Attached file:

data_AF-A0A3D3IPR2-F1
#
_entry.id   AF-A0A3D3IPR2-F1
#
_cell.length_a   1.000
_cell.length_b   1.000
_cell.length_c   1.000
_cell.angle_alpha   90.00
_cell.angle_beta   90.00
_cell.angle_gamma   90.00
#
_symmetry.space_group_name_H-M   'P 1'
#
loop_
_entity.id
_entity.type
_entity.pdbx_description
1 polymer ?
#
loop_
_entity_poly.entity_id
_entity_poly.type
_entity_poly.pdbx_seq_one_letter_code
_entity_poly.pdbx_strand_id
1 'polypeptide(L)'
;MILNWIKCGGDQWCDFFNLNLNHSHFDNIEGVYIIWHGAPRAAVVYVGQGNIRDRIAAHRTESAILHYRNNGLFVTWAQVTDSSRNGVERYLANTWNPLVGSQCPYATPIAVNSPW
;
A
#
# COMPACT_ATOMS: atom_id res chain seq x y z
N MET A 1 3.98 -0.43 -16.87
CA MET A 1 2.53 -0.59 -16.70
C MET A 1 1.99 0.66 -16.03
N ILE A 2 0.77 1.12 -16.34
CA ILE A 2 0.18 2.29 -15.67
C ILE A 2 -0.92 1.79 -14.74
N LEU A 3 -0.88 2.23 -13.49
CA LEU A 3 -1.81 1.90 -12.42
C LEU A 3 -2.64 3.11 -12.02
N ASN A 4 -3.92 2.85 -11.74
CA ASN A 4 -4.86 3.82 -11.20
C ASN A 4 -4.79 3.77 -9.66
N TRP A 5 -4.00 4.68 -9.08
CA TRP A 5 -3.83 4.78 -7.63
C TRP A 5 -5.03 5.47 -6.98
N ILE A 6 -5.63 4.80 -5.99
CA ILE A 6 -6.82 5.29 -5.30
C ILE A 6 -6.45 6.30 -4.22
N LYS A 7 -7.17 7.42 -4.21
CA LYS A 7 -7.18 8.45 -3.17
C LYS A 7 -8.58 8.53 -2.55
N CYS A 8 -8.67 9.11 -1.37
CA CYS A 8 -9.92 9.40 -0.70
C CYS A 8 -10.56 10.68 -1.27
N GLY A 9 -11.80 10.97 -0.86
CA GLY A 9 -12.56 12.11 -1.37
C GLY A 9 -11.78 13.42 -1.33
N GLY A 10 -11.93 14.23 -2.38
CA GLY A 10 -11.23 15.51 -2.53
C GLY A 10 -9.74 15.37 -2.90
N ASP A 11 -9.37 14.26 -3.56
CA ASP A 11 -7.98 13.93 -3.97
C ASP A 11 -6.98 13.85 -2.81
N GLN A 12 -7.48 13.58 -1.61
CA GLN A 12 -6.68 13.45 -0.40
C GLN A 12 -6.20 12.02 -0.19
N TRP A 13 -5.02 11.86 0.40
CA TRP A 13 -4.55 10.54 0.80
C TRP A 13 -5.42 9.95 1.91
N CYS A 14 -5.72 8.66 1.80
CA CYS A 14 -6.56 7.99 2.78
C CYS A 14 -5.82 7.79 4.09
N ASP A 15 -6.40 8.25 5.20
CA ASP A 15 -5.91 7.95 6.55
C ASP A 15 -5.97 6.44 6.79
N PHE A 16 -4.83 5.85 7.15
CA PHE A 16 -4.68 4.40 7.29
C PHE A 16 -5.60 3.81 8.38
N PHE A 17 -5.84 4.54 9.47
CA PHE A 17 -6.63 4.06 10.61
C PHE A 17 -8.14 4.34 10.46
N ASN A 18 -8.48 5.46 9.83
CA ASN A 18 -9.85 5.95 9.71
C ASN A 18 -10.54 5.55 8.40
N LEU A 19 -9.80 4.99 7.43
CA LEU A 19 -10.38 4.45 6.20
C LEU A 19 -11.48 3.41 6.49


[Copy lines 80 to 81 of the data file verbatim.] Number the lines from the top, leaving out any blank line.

CA PHE A 17 -6.63 4.06 10.61
C PHE A 17 -8.14 4.34 10.46